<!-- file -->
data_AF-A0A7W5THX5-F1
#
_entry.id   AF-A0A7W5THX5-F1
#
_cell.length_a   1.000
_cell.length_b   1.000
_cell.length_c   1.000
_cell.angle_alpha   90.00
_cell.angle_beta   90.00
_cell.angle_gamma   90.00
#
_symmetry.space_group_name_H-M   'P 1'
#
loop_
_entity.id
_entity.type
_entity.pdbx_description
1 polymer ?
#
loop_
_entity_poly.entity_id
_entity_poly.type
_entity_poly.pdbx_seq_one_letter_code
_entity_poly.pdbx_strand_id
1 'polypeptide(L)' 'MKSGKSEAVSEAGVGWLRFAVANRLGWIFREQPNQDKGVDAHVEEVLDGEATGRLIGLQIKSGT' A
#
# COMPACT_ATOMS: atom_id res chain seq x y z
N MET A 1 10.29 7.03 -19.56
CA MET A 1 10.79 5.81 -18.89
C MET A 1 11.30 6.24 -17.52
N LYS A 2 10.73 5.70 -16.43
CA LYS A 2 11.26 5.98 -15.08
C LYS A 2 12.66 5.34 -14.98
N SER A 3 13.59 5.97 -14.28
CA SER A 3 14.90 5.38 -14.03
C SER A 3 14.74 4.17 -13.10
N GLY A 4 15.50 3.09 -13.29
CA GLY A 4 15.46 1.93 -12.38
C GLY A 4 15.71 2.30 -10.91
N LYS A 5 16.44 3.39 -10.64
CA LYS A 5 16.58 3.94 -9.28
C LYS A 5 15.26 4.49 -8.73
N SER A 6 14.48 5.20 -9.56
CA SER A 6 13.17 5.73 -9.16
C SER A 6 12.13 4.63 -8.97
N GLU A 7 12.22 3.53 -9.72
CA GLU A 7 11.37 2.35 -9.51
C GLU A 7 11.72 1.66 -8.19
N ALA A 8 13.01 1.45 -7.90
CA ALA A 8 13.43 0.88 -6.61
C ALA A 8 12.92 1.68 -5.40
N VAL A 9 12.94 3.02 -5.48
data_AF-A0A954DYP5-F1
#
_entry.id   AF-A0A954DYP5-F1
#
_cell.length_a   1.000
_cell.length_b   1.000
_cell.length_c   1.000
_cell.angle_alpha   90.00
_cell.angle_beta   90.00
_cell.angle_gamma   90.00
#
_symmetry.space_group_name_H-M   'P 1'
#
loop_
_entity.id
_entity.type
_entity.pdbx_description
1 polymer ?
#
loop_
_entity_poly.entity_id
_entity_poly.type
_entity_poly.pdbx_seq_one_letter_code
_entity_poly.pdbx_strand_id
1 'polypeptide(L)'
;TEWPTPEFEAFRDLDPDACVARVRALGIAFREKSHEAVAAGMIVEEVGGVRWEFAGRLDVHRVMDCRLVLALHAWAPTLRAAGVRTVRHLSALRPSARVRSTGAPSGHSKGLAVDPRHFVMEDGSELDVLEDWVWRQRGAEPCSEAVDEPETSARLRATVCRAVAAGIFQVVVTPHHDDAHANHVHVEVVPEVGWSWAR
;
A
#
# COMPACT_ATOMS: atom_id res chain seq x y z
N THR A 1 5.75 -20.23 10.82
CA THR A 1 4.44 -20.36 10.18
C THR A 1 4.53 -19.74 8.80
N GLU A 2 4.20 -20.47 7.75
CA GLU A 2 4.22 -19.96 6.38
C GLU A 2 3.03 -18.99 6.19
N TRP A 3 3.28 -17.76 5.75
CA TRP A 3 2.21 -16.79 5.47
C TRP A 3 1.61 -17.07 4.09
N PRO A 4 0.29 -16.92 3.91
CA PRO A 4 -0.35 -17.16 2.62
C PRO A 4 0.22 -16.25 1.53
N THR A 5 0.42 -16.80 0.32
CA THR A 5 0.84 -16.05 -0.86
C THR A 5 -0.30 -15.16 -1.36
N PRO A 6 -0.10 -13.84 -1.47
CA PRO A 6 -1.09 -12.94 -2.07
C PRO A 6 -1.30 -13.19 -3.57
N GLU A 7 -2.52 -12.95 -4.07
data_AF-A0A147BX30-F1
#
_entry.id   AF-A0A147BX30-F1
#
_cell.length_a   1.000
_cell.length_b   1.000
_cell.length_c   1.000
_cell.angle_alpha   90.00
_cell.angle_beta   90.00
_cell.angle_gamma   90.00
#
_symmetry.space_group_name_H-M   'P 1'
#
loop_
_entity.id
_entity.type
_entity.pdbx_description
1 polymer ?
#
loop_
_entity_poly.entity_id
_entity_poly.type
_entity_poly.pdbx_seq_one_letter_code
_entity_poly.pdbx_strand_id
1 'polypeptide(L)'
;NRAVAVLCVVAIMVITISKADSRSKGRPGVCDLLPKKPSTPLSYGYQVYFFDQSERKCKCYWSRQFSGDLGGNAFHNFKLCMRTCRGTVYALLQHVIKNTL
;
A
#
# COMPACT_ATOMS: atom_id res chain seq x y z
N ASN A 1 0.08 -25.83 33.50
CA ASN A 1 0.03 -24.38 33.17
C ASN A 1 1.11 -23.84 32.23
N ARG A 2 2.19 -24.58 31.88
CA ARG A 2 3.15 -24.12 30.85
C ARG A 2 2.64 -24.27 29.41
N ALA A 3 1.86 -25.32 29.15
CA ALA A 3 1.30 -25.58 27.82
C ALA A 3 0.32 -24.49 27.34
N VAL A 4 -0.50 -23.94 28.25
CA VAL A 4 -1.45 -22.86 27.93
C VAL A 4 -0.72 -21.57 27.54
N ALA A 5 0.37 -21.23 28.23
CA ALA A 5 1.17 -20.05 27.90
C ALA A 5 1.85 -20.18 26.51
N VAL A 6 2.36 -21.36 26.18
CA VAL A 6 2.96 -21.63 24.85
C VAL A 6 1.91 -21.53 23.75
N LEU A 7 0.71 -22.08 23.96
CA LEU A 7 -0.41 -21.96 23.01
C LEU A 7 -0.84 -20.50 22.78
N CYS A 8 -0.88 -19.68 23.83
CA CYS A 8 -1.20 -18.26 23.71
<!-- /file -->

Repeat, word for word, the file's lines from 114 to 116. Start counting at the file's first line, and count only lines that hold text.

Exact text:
#
loop_
_entity.id